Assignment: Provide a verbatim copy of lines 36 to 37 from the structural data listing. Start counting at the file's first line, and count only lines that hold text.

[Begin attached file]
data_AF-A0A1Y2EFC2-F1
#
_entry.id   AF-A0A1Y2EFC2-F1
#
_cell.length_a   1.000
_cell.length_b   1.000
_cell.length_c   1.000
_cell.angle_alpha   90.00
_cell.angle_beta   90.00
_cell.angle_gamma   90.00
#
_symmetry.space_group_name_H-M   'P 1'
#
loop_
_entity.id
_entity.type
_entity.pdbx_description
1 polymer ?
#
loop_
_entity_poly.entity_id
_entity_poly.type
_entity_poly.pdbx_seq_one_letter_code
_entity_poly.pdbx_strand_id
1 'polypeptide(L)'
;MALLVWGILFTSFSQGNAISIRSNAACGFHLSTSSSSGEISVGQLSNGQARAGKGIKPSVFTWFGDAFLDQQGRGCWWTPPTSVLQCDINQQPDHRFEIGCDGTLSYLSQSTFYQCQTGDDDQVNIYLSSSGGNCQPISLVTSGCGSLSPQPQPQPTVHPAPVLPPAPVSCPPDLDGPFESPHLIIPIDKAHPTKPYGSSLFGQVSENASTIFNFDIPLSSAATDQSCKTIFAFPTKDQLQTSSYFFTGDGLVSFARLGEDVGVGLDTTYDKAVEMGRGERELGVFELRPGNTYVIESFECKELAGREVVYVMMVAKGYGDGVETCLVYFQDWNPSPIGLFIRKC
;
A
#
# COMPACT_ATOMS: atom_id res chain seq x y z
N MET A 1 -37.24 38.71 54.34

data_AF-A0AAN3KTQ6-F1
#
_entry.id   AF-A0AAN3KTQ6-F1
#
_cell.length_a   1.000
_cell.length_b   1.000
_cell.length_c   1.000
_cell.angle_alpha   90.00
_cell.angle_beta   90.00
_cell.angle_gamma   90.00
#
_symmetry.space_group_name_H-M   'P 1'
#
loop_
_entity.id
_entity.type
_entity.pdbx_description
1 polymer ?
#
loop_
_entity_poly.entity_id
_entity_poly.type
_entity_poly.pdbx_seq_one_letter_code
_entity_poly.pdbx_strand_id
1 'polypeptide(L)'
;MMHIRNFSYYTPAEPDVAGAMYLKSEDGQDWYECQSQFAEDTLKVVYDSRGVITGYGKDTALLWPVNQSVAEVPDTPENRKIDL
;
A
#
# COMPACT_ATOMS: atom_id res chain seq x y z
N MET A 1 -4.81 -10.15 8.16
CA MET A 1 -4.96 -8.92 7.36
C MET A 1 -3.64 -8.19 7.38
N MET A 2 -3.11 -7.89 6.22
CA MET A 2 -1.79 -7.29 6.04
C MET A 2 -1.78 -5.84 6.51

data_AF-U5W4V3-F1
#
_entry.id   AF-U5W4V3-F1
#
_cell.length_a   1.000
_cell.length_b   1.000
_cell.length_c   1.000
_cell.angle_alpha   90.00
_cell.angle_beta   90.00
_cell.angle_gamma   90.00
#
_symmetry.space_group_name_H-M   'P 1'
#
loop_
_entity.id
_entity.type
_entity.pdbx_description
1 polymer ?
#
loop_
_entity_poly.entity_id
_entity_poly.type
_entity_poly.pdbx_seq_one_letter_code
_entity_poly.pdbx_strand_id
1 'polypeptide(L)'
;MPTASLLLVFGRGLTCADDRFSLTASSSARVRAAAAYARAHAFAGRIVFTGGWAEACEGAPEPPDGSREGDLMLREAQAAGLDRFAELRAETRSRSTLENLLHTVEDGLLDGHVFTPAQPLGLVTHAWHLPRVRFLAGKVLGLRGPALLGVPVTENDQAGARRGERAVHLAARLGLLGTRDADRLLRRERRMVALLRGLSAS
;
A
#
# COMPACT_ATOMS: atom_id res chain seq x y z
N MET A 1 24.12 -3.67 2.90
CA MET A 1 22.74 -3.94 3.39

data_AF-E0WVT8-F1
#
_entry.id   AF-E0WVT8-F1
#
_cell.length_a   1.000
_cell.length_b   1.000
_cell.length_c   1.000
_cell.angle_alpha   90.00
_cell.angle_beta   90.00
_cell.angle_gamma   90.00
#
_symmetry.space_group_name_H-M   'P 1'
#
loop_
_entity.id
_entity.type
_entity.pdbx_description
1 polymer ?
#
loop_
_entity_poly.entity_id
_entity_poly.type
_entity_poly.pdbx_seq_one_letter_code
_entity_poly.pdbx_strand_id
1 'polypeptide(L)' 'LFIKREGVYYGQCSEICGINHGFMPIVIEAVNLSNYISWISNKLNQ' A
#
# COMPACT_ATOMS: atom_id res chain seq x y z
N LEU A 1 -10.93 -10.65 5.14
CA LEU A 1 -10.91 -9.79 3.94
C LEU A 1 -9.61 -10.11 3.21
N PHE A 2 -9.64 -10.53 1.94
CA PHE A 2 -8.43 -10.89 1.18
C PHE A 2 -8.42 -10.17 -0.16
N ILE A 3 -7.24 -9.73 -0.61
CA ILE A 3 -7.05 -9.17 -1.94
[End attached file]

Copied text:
_cell.length_a   1.000
_cell.length_b   1.000